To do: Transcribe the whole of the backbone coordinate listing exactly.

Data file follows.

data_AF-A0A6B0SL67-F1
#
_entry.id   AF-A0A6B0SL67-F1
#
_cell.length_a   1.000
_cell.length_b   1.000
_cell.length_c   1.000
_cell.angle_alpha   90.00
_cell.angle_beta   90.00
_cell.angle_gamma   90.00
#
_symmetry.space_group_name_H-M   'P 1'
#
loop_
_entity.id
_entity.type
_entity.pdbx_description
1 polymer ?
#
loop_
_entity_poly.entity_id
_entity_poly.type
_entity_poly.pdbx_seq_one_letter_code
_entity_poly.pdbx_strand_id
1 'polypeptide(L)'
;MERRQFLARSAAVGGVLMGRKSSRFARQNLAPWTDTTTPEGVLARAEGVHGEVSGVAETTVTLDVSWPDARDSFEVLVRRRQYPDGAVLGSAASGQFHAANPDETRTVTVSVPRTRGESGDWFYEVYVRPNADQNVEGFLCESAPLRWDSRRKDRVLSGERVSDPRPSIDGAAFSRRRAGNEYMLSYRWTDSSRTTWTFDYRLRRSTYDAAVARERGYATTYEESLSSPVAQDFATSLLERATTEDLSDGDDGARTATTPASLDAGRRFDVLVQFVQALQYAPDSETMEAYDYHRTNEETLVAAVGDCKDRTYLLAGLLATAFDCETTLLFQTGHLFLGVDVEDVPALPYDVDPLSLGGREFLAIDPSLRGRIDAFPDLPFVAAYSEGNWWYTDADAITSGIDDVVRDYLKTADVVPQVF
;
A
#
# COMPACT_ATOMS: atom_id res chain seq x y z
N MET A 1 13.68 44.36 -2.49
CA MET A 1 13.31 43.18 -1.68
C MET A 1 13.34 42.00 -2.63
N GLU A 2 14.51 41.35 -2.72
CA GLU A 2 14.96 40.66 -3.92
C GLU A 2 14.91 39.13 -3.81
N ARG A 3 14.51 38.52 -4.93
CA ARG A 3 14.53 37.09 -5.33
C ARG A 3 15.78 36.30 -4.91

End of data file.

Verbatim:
data_AF-A0A6B0SL67-F1
#
_entry.id   AF-A0A6B0SL67-F1
#
_cell.length_a   1.000
_cell.length_b   1.000
_cell.length_c   1.000
_cell.angle_alpha   90.00
_cell.angle_beta   90.00
_cell.angle_gamma   90.00
#
_symmetry.space_group_name_H-M   'P 1'
#
loop_
_entity.id
_entity.type
_entity.pdbx_description
1 polymer ?
#
loop_
_entity_poly.entity_id
_entity_poly.type
_entity_poly.pdbx_seq_one_letter_code
_entity_poly.pdbx_strand_id
1 'polypeptide(L)'
;MERRQFLARSAAVGGVLMGRKSSRFARQNLAPWTDTTTPEGVLARAEGVHGEVSGVAETTVTLDVSWPDARDSFEVLVRRRQYPDGAVLGSAASGQFHAANPDETRTVTVSVPRTRGESGDWFYEVYVRPNADQNVEGFLCESAPLRWDSRRKDRVLSGERVSDPRPSIDGAAFSRRRAGNEYMLSYRWTDSSRTTWTFDYRLRRSTYDAAVARERGYATTYEESLSSPVAQDFATSLLERATTEDLSDGDDGARTATTPASLDAGRRFDVLVQFVQALQYAPDSETMEAYDYHRTNEETLVAAVGDCKDRTYLLAGLLATAFDCETTLLFQTGHLFLGVDVEDVPALPYDVDPLSLGGREFLAIDPSLRGRIDAFPDLPFVAAYSEGNWWYTDADAITSGIDDVVRDYLKTADVVPQVF
;
A
#
# COMPACT_ATOMS: atom_id res chain seq x y z
N MET A 1 13.68 44.36 -2.49
CA MET A 1 13.31 43.18 -1.68
C MET A 1 13.34 42.00 -2.63
N GLU A 2 14.51 41.35 -2.72
CA GLU A 2 14.96 40.66 -3.92
C GLU A 2 14.91 39.13 -3.81
N ARG A 3 14.51 38.52 -4.93
CA ARG A 3 14.53 37.09 -5.33
C ARG A 3 15.78 36.30 -4.91